The Biden administration’s plan to include $30 million in its defense budget for a B-21 depot maintenance campus at Tinker Air Force Base drew support this week from Oklahoma Reps. Stephanie Bice and Tom Cole.
The two sent a letter
to Pentagon officials expressing their support of U.S. Department of Defense Secretary Lloyd Austin and U.S. Air Force Secretary Frank Kendall. Bice sits on the House Armed Services Committee and Cole is a member of the House Appropriations Subcommittee on Defense.
The $30 million is part of the fiscal year 2023 defense budget request for acquisition of a 133-acre plot of land adjacent to Tinker for the campus.
The letter highlighted the capabilities of the B-21 Raider, including advanced long-range stealth capabilities needed to deter our adversaries. Bice and Cole will be working to include this funding in the authorization and appropriations process for fiscal year 2023.
“Timely construction of the B-21 depot maintenance campus at Tinker Air Force Base is vital to keeping this aircraft in the air and on mission. For the Air Force to meet its timeline to design and construct the B-21 campus in time to service the fleet, this land acquisition must occur in FY2023,” stated Bice and Cole in their letter.
They said without the acquisition of the land next to Tinker Air Force base, the next best alternative identified by the Air Force would cost nearly $285 million.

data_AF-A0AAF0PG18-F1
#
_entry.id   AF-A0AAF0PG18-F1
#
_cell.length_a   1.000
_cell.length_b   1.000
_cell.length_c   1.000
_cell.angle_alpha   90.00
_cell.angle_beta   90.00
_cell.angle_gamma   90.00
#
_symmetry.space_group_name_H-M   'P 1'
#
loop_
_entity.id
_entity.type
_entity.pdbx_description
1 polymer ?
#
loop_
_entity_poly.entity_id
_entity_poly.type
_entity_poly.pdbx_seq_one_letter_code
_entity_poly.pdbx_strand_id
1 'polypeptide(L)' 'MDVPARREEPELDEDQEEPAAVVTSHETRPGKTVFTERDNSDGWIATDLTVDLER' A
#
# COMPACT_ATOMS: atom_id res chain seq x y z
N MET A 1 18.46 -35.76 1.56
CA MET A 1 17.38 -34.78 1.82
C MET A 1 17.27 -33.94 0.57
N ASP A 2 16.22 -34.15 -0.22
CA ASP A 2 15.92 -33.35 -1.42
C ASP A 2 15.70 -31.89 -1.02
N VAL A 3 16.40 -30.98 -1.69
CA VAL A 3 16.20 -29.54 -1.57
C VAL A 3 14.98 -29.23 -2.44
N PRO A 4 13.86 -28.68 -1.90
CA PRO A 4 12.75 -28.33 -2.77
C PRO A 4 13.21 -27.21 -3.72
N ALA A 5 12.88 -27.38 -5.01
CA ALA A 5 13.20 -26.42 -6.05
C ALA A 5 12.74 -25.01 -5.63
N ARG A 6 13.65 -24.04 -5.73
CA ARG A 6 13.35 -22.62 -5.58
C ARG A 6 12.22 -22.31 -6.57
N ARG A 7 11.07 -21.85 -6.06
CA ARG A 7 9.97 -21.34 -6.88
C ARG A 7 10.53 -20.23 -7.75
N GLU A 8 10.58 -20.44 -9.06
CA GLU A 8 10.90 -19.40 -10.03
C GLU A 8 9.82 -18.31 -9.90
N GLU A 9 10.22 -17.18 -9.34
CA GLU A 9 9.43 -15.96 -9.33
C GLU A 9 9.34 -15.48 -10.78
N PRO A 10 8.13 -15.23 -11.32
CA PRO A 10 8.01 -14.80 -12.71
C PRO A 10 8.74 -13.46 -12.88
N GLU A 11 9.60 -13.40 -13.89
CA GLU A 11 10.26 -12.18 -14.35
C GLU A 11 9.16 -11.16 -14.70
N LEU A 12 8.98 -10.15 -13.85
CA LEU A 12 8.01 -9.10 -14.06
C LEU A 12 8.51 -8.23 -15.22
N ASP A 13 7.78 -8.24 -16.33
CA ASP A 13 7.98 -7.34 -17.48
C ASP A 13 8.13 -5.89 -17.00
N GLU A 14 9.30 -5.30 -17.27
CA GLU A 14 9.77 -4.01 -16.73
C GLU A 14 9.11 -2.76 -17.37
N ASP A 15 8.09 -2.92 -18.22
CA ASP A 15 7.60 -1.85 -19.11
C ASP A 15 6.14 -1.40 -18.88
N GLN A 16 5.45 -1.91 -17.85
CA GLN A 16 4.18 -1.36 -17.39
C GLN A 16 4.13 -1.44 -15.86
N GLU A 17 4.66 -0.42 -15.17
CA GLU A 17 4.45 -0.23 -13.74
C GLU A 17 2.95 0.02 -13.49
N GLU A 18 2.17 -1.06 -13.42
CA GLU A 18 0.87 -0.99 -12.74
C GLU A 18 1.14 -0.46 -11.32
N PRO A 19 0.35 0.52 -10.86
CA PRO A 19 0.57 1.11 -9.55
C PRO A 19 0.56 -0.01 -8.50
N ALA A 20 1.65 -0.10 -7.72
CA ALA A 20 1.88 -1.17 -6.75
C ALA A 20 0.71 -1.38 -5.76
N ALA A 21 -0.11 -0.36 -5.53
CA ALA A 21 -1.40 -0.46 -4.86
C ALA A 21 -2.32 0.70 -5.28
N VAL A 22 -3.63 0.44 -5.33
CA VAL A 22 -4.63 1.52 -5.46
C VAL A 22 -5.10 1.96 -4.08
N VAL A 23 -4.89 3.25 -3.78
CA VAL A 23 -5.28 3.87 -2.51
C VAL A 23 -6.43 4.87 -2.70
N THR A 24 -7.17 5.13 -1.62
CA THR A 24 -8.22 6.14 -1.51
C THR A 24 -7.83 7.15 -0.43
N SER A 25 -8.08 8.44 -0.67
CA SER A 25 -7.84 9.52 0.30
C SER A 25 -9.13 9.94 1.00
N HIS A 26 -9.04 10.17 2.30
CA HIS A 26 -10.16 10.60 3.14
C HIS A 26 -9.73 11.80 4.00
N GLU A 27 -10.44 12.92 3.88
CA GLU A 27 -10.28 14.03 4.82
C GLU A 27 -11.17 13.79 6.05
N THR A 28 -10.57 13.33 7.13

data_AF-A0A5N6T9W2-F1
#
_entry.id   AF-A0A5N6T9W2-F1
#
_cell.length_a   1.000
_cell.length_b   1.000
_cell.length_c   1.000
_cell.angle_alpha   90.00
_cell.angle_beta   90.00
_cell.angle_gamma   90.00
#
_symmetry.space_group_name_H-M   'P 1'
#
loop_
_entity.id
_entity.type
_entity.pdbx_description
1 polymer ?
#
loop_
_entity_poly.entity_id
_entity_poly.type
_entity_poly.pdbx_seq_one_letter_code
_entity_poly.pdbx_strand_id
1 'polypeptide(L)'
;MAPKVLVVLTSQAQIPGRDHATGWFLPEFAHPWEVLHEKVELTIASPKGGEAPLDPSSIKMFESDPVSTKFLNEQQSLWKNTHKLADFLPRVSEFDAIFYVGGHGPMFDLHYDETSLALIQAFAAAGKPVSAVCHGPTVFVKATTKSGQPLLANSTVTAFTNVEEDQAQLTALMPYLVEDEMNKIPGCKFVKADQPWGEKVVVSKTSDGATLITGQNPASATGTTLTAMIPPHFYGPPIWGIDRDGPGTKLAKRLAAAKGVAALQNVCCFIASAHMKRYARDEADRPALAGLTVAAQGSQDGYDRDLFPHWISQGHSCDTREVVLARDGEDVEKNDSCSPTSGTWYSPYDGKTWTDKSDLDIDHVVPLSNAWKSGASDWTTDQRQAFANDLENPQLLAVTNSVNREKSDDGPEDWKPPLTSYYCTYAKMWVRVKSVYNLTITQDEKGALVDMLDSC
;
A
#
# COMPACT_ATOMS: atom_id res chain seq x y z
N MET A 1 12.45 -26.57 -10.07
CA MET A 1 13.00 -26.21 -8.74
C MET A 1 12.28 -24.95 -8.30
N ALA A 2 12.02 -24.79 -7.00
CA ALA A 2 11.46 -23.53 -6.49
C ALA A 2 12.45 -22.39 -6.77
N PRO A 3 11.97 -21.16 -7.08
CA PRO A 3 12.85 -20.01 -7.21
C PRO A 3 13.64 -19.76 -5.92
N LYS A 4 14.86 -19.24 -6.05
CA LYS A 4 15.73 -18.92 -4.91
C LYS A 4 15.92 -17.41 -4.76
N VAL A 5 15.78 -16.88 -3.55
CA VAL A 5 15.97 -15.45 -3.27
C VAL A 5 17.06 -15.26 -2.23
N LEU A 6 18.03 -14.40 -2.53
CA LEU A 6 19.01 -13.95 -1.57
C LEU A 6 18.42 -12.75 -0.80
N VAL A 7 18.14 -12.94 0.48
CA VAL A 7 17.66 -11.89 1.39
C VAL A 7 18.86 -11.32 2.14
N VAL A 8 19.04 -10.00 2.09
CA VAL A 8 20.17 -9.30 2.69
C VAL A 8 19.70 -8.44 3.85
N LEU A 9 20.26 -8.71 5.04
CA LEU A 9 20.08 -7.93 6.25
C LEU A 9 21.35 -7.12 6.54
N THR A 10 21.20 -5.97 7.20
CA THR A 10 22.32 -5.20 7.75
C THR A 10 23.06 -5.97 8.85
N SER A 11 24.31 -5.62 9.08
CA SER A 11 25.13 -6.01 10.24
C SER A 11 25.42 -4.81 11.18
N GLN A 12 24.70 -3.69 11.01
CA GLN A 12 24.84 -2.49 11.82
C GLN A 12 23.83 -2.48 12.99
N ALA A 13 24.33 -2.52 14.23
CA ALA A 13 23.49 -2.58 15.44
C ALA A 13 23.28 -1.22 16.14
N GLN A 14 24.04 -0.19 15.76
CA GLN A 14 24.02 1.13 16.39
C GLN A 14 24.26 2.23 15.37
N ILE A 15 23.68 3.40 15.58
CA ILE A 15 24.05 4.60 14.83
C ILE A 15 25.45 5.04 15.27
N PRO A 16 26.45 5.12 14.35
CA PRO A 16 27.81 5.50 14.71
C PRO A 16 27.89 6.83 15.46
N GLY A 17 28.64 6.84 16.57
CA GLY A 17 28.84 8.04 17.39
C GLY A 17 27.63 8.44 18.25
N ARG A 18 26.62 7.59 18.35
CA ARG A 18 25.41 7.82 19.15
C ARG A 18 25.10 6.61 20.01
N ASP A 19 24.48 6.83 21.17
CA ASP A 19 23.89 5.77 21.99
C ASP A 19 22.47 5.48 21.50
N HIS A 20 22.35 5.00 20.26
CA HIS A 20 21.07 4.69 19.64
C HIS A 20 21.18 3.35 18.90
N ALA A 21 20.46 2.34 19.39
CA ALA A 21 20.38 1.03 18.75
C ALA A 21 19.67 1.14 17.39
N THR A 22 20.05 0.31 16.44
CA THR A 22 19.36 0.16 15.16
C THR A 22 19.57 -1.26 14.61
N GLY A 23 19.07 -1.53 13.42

“Acquisition of this land for the B-21 campus is an opportunity that we should seize without delay. Again, we urge you to include $30 million in the FY2023 budget request to acquire the land needed for the B-21 depot maintenance campus.”
A recent report by Defense News indicated the first B-21 Raider bomber
has entered the ground test phase, paving the way for its expected rollout this year and subsequent first flight.
Northrop Grumman now has six of the stealthy, next-generation aircraft in various stages of production. The plane is called dual-capable because it will be able to deliver conventional as well as nuclear munitions. Northrop Grumman was awarded the engineering contract in 2015 and completed the Critical Design Review in 2018.
The next step will involve getting the B-21 ready for flight. This includes carrying out engine runs as well as low-speed and then high-speed taxiing.
After that, the actual first flight from Plant 42 to Edwards Air Force Base in California will take place. Formal flight testing will be held at Edwards.